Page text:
Holy crap. Poor kid. Poor cousin. The cousin was a legit accident. The kid…well…you didn’t injure him. He did that all on his own. That reminds me of ‘famous last words’ of…”Here. Hold muh beer and watch this!” 🤪😵‍💫😵🤕

    Liked by 2 people

  5. Despite the injuries, this was another wonderful read!!

    Liked by 1 person

  6. This is straight up nuts! I couldn’t even get up in the bar.

    Liked by 1 person

  7. When I was in the third grade, I saw one of my classmates fall off the top of a tall slide, landing on cement. The fall broke the boy’s arm. You could tell, because a long white bone was sticking out through his skin. Another boy and I helped him get up off the ground and into the school.

    As we entered the classroom, the boy who was helping told the teacher that our classmate’s arm was broken. She did not even look up from her desk. “Just wait a few minutes, I’m busy here,” she said.

    I looked in disbelief at the sight of the injured boy, cradling his broken arm with his good arm, wearing a look of pained resignation on his face. I may have been only eight years old and normally very obedient, but I wasn’t having this. At the top of my lungs, I yelled: “MRS. YATES! HIS ARM IS BROKEN!”

    The teacher looked at me in shock. I was always so quiet. What had gotten into me? Then she saw the broken arm and flew into action.

    This was my first experience with a compound fraction. Unfortunately, it wasn’t my last. By the way, I have changed the teacher’s name here, but the story is 100% true.

    Liked by 3 people

  8. leendadll says:

    I knew a group of adults who decided to trampoline simultaneously. One came down as the fabric bounced up. He went through and ended up stuck in the trampoline by the bone sticking out of his leg. Wore a full length external rod and pins for a year. Benefit: Many people learned not to share trampoline.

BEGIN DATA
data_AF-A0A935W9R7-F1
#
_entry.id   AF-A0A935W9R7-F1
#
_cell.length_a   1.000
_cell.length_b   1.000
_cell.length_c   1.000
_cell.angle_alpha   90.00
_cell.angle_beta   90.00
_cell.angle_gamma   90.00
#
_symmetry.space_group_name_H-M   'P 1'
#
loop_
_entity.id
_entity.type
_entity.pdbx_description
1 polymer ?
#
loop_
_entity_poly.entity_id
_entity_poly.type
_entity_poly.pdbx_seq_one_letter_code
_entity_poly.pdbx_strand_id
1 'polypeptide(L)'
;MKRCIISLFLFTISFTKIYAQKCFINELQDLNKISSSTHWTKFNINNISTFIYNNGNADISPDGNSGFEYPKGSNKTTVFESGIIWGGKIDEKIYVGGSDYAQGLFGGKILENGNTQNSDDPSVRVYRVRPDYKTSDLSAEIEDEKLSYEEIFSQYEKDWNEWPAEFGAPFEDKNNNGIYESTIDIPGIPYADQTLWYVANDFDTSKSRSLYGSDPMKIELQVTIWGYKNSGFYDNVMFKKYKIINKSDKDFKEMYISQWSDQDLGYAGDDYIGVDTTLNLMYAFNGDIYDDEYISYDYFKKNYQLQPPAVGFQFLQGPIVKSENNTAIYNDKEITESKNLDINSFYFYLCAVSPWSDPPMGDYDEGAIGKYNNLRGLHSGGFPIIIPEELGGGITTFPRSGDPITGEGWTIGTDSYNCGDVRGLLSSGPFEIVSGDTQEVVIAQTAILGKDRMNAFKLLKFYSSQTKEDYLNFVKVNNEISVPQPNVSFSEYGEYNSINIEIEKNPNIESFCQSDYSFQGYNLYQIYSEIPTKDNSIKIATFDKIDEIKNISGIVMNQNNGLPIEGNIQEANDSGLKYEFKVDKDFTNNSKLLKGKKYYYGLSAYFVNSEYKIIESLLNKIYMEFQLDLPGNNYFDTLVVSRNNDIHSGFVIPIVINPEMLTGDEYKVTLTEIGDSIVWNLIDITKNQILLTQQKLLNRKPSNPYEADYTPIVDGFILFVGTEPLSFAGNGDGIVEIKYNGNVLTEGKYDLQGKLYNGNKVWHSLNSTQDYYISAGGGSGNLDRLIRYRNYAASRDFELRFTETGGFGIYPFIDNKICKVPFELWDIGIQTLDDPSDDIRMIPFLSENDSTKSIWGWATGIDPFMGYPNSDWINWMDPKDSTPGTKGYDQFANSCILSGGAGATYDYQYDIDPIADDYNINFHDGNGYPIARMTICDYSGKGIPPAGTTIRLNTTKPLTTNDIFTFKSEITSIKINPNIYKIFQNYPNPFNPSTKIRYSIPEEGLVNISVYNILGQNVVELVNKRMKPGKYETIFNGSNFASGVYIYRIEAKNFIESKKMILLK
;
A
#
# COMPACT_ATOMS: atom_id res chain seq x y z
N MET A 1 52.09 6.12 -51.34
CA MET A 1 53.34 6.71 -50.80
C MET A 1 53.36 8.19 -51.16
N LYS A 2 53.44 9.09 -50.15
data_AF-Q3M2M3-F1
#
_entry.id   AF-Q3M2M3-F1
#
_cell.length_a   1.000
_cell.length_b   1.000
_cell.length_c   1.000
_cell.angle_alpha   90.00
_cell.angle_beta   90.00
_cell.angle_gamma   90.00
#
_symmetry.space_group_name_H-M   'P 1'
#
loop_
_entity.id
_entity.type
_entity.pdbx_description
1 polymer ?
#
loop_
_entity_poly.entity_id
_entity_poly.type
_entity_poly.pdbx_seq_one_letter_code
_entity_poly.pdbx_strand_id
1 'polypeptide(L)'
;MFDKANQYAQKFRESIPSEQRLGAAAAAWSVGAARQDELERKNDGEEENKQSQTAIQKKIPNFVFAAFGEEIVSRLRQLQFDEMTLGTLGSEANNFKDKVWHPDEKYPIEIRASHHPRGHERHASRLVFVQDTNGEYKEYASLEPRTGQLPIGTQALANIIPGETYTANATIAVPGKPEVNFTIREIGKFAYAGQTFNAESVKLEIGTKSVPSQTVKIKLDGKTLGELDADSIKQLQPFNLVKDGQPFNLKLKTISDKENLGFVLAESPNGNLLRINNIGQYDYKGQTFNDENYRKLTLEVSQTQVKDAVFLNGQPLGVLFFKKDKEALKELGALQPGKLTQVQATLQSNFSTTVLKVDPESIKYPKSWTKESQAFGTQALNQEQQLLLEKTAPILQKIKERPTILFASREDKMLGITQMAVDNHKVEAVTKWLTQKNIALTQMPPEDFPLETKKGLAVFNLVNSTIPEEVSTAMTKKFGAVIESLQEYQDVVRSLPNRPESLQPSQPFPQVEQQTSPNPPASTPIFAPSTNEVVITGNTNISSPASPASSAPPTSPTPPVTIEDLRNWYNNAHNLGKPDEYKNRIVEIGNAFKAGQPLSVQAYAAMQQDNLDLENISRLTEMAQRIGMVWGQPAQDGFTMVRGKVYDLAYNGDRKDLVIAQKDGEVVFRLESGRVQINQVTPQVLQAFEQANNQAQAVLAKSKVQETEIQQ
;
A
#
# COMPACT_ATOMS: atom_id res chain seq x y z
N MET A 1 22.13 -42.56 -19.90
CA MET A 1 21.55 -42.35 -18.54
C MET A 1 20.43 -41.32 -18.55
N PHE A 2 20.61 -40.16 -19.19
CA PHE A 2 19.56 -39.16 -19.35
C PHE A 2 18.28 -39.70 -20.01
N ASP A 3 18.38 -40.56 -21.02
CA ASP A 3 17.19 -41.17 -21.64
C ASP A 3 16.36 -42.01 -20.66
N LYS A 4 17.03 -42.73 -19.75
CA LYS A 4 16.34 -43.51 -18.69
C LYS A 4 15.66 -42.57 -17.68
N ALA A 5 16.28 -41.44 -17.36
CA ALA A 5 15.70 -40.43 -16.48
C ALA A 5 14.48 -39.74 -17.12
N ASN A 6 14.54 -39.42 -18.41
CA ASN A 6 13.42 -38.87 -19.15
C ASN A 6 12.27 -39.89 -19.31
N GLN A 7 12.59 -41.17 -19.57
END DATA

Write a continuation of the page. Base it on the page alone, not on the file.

Liked by 2 people

  9. My arm hurts just thinking about it.

    Liked by 1 person

  10. Great sit-around-the-Thanksgiving-table-and-tell-old-stories story. Loved hearing about your acrobatics. Wish I could’ve seen it.

    Liked by 1 person

  11. There were no helicopter parents in this story! Sometimes kids just have to learn the hard way.

    Liked by 1 person

  12. joyroses13 says:

    Oooh my elbows are hurting now!
    Guessing that your cousin never golfed with you again? 😉

    Liked by 1 person

  13. I prayed for Larry to be able to forgive in his heart.

    Liked by 1 person

  14. murisopsis says:

    I’m lucky not to have ever broken a bone. I’ve witnessed a couple though. The neighbor boy climbed up a trellis to his roof. He was having a great time with his older brothers and we were watching from our driveway. They were tossing a ball onto the roof and he was kicking it back. Then he missed the kick and slid off the roof – sort of like a water slide. Came off in a very graceful arc and landed on the driveway. The shrieking was loud and just kept getting louder. Of course we all ran over just as his mother came running out of the house. He had broken both arms and ended up having surgery. They put him in a cast that included both arms bent and out from his sides. He had to sleep in a recliner with pillows to prop his arms on… It was gruesome!

    Liked by 1 person

  15. Those were the days. Me, two typical young sons, multiple fractures of every kind. The emergency room knew us all on a first name basis.

    Liked by 2 people

  16. Thotaramani says:

    That’s really great 👍🏻 challenging one. He might have tried several times to become perfect.

    Liked by 1 person

  17. Pingback: Snogging, The Beatles, and Me | Mitch Teemley

  18. Ann Coleman says:

    Wow! I hope the young man was eventually okay, and that your cousin was able to forgive you, and not just because it was an accident. But because forgiveness is necessary to totally heal…..

    Liked by 1 person